Sucess at the Carbon Removal Student Competition

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(from left) Maximilian Hauck, Felix Fischer and Jeremias Weinrich at the prototy

(from left) Maximilian Hauck, Felix Fischer and Jeremias Weinrich at the prototype unit in Erding. Image: F. Vogl / TUM

More power - less carbon dioxide

Biogas is an important factor in the implementation of the energy transition. But there is room for improvement in the efficiency of these facilities. Researchers at the Technical University of Munich (TUM) have developed a plant concept that combines greater power output with a smaller carbon footprint. With this, the team also impressed at the "XPRIZE Carbon Removal Student Competition", which is supported by the foundation of the entrepreneur Elon Musk. The young researchers and doctoral candidates won a grant of up to 250,000 US dollars to implement their concept.

Biogas facilities convert organic material into power and heat. Manure, plant waste or purpose-grown energy crops such as maize and grain are initially broken down by microorganisms. The resulting mixture of methane and carbon dioxide is known as biogas.

Methane is the main component of natural gas. It is also contained in the biogas used as fuel in the engines of conventional electric power stations. "However, instead of being converted into electricity, a considerable share of the energy turns into heat," says Dr. Stephan Herrmann, head of the Electrochemical Energy Conversion Group at the Chair of Energy Systems at TUM.

A possible alternative to engines are high-temperature fuel cells. These use electrochemical processes to turn biogas into electric power and achieve higher efficiency. "However, commercially available solutions do not use the full potential of the fuel cells," says Herrmann. They produce fuel residues that are burned. "A large portion of the chemical energy of the biogas is lost through this exhaust combustion."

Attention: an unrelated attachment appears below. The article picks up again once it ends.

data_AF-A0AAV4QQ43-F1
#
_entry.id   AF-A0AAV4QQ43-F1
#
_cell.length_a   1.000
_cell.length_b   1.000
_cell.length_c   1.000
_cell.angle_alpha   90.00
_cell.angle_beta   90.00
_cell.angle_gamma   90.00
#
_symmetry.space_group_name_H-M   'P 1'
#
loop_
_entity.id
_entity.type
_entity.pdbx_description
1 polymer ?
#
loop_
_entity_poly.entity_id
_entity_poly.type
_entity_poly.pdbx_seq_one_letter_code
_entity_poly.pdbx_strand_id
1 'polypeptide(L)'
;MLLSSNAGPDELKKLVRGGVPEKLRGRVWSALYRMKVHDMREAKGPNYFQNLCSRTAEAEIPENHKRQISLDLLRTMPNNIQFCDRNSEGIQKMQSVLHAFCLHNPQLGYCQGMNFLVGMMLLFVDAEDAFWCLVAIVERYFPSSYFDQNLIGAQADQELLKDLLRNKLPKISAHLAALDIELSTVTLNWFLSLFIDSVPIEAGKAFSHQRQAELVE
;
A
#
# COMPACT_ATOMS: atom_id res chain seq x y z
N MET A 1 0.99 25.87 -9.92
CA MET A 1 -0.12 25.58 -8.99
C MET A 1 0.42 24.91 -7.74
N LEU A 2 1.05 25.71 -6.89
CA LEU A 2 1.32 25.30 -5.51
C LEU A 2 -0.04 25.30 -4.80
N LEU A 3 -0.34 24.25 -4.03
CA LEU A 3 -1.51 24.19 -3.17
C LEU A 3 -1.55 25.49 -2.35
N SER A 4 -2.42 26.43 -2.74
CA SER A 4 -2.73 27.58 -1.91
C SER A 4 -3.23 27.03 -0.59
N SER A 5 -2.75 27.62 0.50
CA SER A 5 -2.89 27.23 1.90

In the BioCORE project, funded by the German Ministry of Education and Research, Herrmann and his colleagues have developed an alternative plant concept with high-temperature fuel cells. The young researchers have already implemented a prototype of the patented technology in a container and demonstrated the feasibility of the system.

"We installed a closed circuit in our system," says Herrmann. "That means that we have no losses of combustible gas and use nearly 100% of the methane. The exhaust is pure carbon dioxide, which is stored and can then be reused." The heat created in the fuel cells can also be converted into electric power with a steam turbine. "This will produce an unprecedented electrical output efficiency of 80 percent in future systems."

What makes the system special: the high-temperature fuel cells have a second operating mode in which electrical current is used to combine the carbon dioxide with steam to turn it back into methane. This permits the reuse of the carbon dioxide created in the normal operating mode. The methane could be fed into a natural gas network and stored for months without significant losses.

The researchers have since tested their system on the Garching campus, where they used natural gas. Now they have relocated their container to Erding and have put the prototype unit into operation at a local biogas plant.

Prof. Hartmut Spliethoff , the head of the Energy Systems chair, believes in the concept. "This is an entirely new, user-oriented system design," he says. "Nobody had ever thought of combining these components so that the biogas plant could operate as a closed circuit. The control systems in particular required a lot of expertise and experimentation."

The researchers also enjoy international success: The project won an "XPRIZE Carbon Removal Student Competition" award of up to 250,000 US dollars. This challenge is part of the XPRIZE Carbon Removal competition, which the Musk Foundation is supporting. The goal is to develop technologies for removing carbon dioxide from the earth’s atmosphere.


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